A group of girls stand in a housing estate with their backs to the camera wearing fashionable clothes

It’s called Ffaswin at In Between Gallery

In Between Gallery is now open 24 hours a day for passers-by to experience installed artwork by emerging photographers.

The temporary gallery at Fabrica displays photography alongside the main exhibition programme in a four-by-three metre window space.

From now until November, the work on show will be by Clémentine Schneidermann and Charlotte James.

Schneidermann is a French photographer based in South Wales.

She has developed several personal photography projects engaging with local communities.

James is a creative director from Merthyr Tydfil, collaborating with her local community and working across fashion and creative direction.

Spring Gurnos, Merthyr 2017 is taken from It’s called Ffasiwn – an ongoing collaboration between Schneidermann, James and young people in the South Wales valleys.

The In Between Gallery window at Fabrica
Spring Gurnos, Merthyr 2017 on display at In Between, Fabrica

Juxtaposing deprivation with hope

Schneidermann and James met in the Valley’s town, Abertillery, in 2015.

Realising their common interest, they began hosting fashion-themed workshops for young people in two youth groups.

They’ve collaborated and worked with the same young people for the past three years.

Drawing on their own industry experience, they have taught the young people skills such as sewing, customising clothes and styling.

The children helped put together the outfits in the photographs taken by Schneidermann.

The media has documented deprivation in the South Wales Valleys for decades.

It has reliably presented the nation with caricatures of unemployment, declining town centres and, more recently, sound bites for unsympathetic reports on Brexit-voting regions.

The coverage has rarely sought to explore the complexities of de-industrialisation and what this means for people, families and communities.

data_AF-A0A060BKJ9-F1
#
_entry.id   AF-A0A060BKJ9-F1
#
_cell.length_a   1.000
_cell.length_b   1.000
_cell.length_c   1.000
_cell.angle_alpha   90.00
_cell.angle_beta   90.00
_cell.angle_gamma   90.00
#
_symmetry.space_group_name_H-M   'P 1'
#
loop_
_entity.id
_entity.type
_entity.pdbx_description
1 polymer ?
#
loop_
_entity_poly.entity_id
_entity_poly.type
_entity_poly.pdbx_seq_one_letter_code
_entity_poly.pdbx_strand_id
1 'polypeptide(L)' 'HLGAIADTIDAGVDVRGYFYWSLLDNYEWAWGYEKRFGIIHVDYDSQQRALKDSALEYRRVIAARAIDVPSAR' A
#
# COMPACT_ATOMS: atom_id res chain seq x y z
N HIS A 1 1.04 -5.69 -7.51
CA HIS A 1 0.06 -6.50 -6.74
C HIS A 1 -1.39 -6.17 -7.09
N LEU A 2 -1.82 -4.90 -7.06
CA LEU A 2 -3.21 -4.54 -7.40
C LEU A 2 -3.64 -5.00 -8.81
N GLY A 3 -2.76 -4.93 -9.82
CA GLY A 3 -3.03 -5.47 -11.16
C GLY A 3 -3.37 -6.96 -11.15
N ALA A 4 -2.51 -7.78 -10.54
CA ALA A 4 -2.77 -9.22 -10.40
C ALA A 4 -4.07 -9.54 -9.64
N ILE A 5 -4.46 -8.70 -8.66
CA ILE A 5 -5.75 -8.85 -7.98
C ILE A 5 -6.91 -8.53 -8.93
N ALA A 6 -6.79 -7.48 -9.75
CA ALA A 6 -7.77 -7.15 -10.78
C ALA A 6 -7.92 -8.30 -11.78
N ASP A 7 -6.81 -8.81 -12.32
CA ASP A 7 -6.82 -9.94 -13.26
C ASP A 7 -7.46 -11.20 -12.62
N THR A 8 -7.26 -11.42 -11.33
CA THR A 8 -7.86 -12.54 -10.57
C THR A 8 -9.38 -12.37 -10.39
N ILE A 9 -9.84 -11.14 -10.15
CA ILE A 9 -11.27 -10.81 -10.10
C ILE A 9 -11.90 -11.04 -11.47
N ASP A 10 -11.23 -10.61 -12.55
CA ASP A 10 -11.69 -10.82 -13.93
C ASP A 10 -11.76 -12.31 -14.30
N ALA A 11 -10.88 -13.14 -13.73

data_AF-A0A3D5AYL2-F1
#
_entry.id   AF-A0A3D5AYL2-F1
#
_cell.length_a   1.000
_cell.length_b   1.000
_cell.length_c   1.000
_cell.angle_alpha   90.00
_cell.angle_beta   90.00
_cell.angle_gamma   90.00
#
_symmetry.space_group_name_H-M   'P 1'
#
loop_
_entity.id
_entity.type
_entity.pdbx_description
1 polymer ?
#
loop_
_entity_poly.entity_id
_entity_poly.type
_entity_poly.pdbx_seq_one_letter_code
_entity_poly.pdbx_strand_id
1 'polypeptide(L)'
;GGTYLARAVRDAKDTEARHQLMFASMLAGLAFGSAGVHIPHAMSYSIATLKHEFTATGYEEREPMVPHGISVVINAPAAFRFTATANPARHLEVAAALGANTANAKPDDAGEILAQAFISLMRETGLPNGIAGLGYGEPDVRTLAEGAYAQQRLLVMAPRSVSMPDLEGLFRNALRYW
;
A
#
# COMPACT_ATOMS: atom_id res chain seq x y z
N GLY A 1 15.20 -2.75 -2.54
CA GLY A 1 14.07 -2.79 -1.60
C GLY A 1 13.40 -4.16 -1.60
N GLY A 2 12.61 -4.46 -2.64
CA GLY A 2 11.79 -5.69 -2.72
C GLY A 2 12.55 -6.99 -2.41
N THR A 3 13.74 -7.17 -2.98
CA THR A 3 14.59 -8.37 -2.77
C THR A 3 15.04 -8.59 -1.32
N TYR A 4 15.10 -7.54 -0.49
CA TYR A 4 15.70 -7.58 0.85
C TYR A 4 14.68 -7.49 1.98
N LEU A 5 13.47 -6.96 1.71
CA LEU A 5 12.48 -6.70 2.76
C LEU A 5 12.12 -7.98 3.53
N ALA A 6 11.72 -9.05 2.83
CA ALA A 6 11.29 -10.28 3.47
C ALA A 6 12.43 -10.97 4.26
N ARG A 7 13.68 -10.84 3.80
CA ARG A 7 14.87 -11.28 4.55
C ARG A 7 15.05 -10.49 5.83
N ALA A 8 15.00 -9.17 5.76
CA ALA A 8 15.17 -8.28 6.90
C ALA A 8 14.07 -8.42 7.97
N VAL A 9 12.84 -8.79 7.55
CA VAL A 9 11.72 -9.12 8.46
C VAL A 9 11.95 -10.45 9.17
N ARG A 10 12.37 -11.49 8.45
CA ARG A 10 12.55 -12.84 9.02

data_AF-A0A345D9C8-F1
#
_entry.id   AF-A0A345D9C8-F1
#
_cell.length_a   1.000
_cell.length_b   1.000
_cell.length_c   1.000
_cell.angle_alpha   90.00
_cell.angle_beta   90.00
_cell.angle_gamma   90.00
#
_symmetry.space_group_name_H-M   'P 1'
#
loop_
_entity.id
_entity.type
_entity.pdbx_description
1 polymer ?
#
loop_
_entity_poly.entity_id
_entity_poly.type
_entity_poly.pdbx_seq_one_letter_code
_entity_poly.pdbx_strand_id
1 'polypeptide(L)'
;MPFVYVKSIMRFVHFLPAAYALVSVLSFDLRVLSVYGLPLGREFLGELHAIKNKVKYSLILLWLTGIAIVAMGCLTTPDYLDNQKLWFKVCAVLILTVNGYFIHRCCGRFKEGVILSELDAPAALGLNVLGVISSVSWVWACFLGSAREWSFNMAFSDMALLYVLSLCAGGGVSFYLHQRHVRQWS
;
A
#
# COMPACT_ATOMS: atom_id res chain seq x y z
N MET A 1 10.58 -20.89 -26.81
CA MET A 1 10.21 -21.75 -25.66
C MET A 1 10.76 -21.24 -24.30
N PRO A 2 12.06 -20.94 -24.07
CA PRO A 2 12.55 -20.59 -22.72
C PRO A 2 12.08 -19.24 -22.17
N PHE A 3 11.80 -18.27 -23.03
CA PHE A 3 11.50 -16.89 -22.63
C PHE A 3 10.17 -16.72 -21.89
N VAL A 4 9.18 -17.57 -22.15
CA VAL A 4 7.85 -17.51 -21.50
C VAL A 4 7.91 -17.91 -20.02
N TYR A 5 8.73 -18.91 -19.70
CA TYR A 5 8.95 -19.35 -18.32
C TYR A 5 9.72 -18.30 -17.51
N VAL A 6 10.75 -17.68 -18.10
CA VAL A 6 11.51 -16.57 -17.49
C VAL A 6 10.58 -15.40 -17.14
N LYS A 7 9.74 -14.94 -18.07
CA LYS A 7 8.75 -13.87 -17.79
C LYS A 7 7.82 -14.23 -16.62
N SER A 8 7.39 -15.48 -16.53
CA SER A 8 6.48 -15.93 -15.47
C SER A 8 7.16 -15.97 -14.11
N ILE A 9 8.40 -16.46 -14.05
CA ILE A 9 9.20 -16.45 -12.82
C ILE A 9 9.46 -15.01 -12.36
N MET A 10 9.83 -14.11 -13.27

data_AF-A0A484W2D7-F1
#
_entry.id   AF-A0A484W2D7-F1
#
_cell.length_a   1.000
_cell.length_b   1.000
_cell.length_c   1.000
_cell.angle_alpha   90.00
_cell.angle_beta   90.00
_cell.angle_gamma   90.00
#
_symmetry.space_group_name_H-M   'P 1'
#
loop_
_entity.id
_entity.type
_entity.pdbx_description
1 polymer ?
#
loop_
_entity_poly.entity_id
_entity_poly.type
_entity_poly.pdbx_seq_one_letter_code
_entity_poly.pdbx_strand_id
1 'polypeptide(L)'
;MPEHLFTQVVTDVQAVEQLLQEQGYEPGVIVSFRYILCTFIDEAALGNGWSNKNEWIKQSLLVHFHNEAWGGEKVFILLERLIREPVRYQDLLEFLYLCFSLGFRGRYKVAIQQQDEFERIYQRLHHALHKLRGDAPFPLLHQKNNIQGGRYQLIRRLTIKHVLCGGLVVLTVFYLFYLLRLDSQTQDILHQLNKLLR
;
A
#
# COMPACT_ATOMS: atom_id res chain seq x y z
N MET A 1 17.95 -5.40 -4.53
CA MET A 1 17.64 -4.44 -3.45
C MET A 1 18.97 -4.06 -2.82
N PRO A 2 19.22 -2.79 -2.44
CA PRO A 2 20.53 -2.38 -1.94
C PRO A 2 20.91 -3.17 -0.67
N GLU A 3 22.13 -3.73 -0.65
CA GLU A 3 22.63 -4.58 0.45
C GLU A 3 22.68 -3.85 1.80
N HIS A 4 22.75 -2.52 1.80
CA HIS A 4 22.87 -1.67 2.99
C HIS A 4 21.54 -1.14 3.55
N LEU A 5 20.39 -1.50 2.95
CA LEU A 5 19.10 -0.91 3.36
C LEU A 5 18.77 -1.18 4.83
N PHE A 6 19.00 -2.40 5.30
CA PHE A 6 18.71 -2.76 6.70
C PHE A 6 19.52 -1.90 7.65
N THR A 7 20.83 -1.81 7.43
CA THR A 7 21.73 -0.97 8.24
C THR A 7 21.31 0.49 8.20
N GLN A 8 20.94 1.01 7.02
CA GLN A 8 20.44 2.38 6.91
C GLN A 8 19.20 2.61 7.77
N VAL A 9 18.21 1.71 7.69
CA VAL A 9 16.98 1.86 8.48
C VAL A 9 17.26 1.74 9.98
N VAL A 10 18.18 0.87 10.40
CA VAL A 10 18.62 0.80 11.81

Schneidermann and James’ business is not to deny the reality of social deprivation.

Instead, they juxtapose this with the vivacity, promise and hope of youth.

A woman walks past the In Between gallery at Fabrica
In Between Gallery, Fabrica

Open call for In Between Gallery

Fabrica partners with Spectrum Photographic and Brighton Photo Fringe for the In Between Gallery programme.

The aim is to present photographic work by UK-based artists who consider themselves to be early to mid-career.

The winter programme will be an open call.

There is no theme to address. However, artists are asked to choose work that will function well within the context of a large format print set within the window frame.

Measurements are approximately: 270cm x 225.5cm.

The window faces directly onto Duke Street, one of Brighton’s busiest pedestrianised quarters.

The image would be exhibited from early December until early March 2020 when there is no large-scale exhibition in Fabrica’s main space.

One artist/artist group and one image will be selected (images may be composite).

Information about the selected artist and image will be featured on the Fabrica website and via promotional materials produced by Fabrica, Brighton Photo Fringe and Spectrum for the duration of the exhibition.

Fabrica will pay an exhibition fee of £150 to the selected artist.

The open call is for artists working in photographic media.

Applicants should submit one image only. Images can be existing or new work.

Applications must contain:

  • One low-res image (jpg or png)
  • Title and contextual information concerning the image (doc or pdf)
  • Biography/CV (doc or pdf)
  • A link to the applicants’ or other website where a range of work can be seen

The deadline for entries is midday on Monday, October 28.

For more information visit www.fabrica.org.uk/in-between or contact office@fabrica.org.uk.

Main image: Spring Gurnos, Merthyr 2017 © Clémentine Schneidermann and Charlotte James.

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